Hi, Erik. Thanks for joining us today. You’re an American author, and you live in Iowa, but do you set your books there, and if not, where are they set?
My debut mystery, Mortom, is modeled after the town of Farmington, Iowa, where my father grew up. Many of the places in the book—like the cemeteries—are true to the landscape. One of the advantages of basing your novel on a real place is the ability to drive there and seek inspiration, which I did on multiple occasions. My second novel, Resthaven, takes place in an abandoned retirement home. It’s not based on any place in particular, but I did scour the internet for floor plans of existing buildings so I had something tangible to reference while I wrote.
I love the idea of getting inspiration from visiting a real place, such as a cemetery.
Considering you live in the cornfield capital of America, it’s no wonder you love horror. What’s your favourite horror movie and do you find cornfields creepy?
It’s difficult to narrow it down to one, but a few that come to mind are The Shining, Let the Right One In, and 28 Days Later. I’m also a huge fan of comedy horror like The Final Girls, Tucker & Dale vs. Evil, and—of course—Shaun of the Dead. As far as cornfields go, I haven’t ventured into one since reading Children of the Corn. Thanks so much, Mr. King.
So, tell us about the runaway you harbored. 🙂
Back in my impressionable high school days, I ran with the “bad kids” and didn’t always make the best choices. There was a girl in our group that I liked, who—unknown to me—lived in a halfway house. On the fateful night in question, she and a friend left the halfway house and needed a place to stay. I obliged and let them sneak in through our basement window. The plan was for them to sleep on the floor, but shortly after arriving, my mother came to investigate the female voices drifting upstairs. Needless to say, the night didn’t end well for anyone involved.
When you were playing in a band, did you use your writing skills to write lyrics? And if so, how much does that differ from writing without the added element of music to consider?
Most of the lyrics were written by our band’s lead singer, Damian (yes, that’s his real name), but once in a while the other band members would contribute. I quickly learned that writing a song is basically the same as writing a short story, and since we were a metal band—and at that time I wrote horror stories—it wasn’t too much of a stretch.
That would actually have been a good fit lol.
What led you into writing?
When I was a child I loved to draw, and everyone thought I would be an artist. When I reached my teens, my interests shifted to music and writing. One of the challenges of being in a band was relying on others to accomplish goals, and I preferred the solidarity of writing. I don’t think anyone was surprised when I quit music and began my first novel.
Which books/authors have influenced your writing?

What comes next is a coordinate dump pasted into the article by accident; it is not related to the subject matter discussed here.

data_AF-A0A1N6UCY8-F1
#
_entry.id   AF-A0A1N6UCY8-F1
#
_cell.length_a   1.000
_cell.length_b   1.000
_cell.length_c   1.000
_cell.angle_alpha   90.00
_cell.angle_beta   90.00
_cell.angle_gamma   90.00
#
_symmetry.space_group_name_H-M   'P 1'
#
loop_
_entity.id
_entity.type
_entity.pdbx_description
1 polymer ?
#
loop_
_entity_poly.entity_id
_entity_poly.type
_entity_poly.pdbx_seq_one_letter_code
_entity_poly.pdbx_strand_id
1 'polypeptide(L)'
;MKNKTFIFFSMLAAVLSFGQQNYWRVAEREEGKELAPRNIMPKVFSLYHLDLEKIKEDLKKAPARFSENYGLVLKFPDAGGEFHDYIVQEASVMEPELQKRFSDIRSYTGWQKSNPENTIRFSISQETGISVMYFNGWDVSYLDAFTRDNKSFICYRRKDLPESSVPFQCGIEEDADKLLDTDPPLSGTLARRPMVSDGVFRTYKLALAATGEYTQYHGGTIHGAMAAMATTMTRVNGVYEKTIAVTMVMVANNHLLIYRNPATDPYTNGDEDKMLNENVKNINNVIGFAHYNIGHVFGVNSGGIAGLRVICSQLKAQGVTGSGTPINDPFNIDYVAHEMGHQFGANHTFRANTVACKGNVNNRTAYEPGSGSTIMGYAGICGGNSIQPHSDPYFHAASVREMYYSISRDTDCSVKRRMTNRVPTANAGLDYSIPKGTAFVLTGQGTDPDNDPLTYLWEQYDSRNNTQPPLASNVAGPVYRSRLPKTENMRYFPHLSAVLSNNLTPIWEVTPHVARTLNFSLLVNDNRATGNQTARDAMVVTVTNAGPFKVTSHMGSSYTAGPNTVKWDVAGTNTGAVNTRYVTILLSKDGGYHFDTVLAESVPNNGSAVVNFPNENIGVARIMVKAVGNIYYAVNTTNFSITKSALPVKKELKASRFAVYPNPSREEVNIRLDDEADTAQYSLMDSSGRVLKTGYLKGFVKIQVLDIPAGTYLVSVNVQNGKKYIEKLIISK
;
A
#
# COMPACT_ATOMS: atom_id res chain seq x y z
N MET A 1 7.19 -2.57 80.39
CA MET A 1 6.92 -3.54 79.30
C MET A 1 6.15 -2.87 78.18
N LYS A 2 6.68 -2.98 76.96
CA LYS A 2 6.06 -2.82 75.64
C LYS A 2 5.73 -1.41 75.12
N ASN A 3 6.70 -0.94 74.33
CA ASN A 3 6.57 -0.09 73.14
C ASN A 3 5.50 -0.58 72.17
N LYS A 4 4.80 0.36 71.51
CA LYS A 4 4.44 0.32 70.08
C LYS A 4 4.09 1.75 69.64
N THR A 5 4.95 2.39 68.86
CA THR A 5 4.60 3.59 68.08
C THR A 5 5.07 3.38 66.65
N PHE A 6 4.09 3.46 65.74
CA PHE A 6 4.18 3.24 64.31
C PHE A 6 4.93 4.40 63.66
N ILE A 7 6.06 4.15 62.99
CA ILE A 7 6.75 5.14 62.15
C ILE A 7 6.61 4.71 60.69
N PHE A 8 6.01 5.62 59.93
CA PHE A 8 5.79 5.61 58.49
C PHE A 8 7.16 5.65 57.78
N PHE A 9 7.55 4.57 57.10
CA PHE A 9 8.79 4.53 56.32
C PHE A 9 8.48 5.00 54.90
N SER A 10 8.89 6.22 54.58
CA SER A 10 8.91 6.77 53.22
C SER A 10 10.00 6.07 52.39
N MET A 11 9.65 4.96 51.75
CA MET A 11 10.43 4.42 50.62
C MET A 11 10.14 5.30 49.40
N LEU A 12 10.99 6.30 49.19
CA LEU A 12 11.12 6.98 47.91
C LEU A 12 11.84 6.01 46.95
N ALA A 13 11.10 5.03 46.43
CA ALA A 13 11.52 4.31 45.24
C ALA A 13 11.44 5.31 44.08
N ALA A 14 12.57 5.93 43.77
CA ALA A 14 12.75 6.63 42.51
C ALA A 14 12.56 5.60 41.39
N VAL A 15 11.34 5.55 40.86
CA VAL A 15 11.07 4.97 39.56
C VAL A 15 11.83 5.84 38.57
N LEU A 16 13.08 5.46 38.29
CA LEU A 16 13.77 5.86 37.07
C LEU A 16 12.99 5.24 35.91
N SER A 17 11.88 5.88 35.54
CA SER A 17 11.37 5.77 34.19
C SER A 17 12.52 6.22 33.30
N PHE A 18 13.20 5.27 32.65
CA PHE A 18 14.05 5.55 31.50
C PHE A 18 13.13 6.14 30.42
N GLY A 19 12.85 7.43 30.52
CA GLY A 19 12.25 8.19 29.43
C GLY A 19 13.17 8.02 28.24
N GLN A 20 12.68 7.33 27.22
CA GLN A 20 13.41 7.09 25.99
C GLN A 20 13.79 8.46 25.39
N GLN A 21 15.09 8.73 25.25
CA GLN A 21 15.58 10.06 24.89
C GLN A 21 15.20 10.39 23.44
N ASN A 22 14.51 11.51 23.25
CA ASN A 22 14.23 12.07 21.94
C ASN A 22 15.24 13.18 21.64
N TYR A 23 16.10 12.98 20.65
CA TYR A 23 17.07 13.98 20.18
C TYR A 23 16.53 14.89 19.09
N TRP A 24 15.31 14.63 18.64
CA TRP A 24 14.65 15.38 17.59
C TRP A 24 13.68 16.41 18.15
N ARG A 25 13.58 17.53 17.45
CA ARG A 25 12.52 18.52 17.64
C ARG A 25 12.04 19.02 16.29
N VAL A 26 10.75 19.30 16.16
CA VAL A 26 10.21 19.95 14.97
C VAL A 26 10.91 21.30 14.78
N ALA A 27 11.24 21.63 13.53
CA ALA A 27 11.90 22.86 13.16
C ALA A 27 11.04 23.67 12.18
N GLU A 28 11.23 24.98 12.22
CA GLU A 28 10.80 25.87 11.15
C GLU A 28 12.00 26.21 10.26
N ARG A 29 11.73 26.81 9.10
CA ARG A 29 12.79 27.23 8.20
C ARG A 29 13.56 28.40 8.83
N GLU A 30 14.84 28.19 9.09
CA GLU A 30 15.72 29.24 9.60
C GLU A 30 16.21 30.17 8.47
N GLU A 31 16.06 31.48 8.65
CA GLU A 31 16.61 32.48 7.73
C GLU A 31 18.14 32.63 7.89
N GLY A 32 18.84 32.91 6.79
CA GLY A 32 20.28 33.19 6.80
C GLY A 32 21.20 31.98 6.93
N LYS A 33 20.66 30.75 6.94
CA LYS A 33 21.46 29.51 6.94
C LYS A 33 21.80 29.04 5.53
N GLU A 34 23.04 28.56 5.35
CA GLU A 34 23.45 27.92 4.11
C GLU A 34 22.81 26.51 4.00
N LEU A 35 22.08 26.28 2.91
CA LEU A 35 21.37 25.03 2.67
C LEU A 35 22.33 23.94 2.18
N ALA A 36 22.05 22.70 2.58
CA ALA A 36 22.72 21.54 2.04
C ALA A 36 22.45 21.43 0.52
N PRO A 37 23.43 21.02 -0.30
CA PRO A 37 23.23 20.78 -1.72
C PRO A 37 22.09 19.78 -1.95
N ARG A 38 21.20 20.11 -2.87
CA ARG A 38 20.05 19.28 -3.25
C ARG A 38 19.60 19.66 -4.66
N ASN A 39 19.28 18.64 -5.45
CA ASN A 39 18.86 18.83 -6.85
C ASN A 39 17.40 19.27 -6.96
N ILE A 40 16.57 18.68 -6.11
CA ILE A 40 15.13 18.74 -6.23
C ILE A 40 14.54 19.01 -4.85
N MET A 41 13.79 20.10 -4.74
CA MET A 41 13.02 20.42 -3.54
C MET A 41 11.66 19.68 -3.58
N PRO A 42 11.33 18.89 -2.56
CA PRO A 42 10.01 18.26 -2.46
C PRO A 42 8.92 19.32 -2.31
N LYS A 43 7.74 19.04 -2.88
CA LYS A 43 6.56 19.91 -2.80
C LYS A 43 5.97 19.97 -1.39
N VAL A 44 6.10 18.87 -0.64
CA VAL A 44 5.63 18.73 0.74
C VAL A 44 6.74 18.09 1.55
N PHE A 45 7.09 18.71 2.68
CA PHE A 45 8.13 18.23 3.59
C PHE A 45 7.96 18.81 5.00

I often joke that I “learned to write by reading Stephen King,” but it’s the absolute truth. I discovered the book Misery in junior high and immediately began crafting my own tales of horror. Most were pretty lousy, but the more King I devoured, the more respectable my writing became. Eventually I moved away from the “supernatural elements” and found my own style and voice.
I used to love reading Stephen King. One of my go-to authors when I was in high school.
Are you disciplined with your writing — set times each day — or do you just write when you find time in between other things?
It can be a challenge to maintain a routine—especially with a wife, two teenagers, and a full-time day job—so the majority of my writing is accomplished during evenings and weekends. If I’m especially inspired, I might try to sneak in some pages over lunch. The important thing (for me) is to try and write every day, even if it’s only for a few minutes.
Can you tell us about your first two books, Resthaven and Mortom?
Mortom is about a guy who inherits his deceased cousin’s house and finds a key with a note that says: Follow Me. From there, he has to follow a series of clues to unravel the mystery. Resthaven is about a group of kids who have a scavenger hunt inside an abandoned retirement home, only to discover they’re not the only ones roaming the hallways.
Do you meticulously plot your stories, or do they just happen as you’re writing?
It always begins with an idea. If I’m lucky, the idea branches into a scene, and from there—a story. Sometimes that story can be molded into a novel. If that’s the case, I push through the first draft without an outline, but I usually create a timeline and character sketches before the next draft. For the most part I try and let my characters do what they want, and they often surprise me and drive the story in unexpected directions.
What do your children think of you being an author, and have they read your books?
My 17-year-old read Mortom, and my 13-year-old read Resthaven. I don’t think either of them was overly impressed. To them, I’m just plain old Dad—the guy who drives them to sporting events or opens his wallet when they’re short on funds.
What’s the best thing about being an author?
Having a reader connect with your work. I don’t care if they laugh, cry, or throw my book across the room — if I’ve evoked any emotion, I’ve done my job.
What are you working on at the moment?
My third novel, Roam, is going through the editing process and will hopefully see publication by early next year. I’m also knee-deep into a fourth book about a father searching for his missing daughter, who might—or might not—have been kidnapped.
Sounds like intriguing things to come! Thanks so much for visiting Booktastik, and good luck with all your upcoming releases.
Read previous articleRead next article